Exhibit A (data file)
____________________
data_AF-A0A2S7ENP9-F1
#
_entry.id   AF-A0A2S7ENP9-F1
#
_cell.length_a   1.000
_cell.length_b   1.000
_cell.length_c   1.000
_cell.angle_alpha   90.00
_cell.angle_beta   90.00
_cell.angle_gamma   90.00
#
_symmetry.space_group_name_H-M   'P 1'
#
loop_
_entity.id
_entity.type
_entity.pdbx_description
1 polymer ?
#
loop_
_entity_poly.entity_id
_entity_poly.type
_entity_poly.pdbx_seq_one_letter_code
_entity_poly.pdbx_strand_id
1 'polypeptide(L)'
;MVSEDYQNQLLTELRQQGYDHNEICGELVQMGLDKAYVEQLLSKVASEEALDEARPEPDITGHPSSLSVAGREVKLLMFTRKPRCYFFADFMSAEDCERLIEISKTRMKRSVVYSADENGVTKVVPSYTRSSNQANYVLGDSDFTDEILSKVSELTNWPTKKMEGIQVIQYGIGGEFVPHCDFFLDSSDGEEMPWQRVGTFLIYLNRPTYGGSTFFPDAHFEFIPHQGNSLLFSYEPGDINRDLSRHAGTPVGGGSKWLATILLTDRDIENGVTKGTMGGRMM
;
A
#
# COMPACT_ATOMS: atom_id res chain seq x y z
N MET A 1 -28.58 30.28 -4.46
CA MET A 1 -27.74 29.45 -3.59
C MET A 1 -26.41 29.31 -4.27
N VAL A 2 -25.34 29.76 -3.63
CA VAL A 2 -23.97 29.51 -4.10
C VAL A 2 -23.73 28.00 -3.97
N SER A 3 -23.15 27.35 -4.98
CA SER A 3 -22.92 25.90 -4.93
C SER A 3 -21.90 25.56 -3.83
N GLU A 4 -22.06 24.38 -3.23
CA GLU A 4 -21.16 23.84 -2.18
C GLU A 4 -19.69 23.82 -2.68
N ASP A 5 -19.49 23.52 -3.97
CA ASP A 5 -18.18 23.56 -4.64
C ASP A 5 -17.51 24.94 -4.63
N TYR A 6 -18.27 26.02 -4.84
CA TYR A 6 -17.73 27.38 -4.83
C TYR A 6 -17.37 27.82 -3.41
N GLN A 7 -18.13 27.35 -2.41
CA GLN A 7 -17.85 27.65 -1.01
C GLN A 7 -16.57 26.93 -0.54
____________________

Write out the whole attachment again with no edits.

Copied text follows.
data_AF-A0A2S7ENP9-F1
#
_entry.id   AF-A0A2S7ENP9-F1
#
_cell.length_a   1.000
_cell.length_b   1.000
_cell.length_c   1.000
_cell.angle_alpha   90.00
_cell.angle_beta   90.00
_cell.angle_gamma   90.00
#
_symmetry.space_group_name_H-M   'P 1'
#
loop_
_entity.id
_entity.type
_entity.pdbx_description
1 polymer ?
#
loop_
_entity_poly.entity_id
_entity_poly.type
_entity_poly.pdbx_seq_one_letter_code
_entity_poly.pdbx_strand_id
1 'polypeptide(L)'
;MVSEDYQNQLLTELRQQGYDHNEICGELVQMGLDKAYVEQLLSKVASEEALDEARPEPDITGHPSSLSVAGREVKLLMFTRKPRCYFFADFMSAEDCERLIEISKTRMKRSVVYSADENGVTKVVPSYTRSSNQANYVLGDSDFTDEILSKVSELTNWPTKKMEGIQVIQYGIGGEFVPHCDFFLDSSDGEEMPWQRVGTFLIYLNRPTYGGSTFFPDAHFEFIPHQGNSLLFSYEPGDINRDLSRHAGTPVGGGSKWLATILLTDRDIENGVTKGTMGGRMM
;
A
#
# COMPACT_ATOMS: atom_id res chain seq x y z
N MET A 1 -28.58 30.28 -4.46
CA MET A 1 -27.74 29.45 -3.59
C MET A 1 -26.41 29.31 -4.27
N VAL A 2 -25.34 29.76 -3.63
CA VAL A 2 -23.97 29.51 -4.10
C VAL A 2 -23.73 28.00 -3.97
N SER A 3 -23.15 27.35 -4.98
CA SER A 3 -22.92 25.90 -4.93
C SER A 3 -21.90 25.56 -3.83
N GLU A 4 -22.06 24.38 -3.23
CA GLU A 4 -21.16 23.84 -2.18
C GLU A 4 -19.69 23.82 -2.68
N ASP A 5 -19.49 23.52 -3.97
CA ASP A 5 -18.18 23.56 -4.64
C ASP A 5 -17.51 24.94 -4.63
N TYR A 6 -18.27 26.02 -4.84
CA TYR A 6 -17.73 27.38 -4.83
C TYR A 6 -17.37 27.82 -3.41
N GLN A 7 -18.13 27.35 -2.41
CA GLN A 7 -17.85 27.65 -1.01
C GLN A 7 -16.57 26.93 -0.54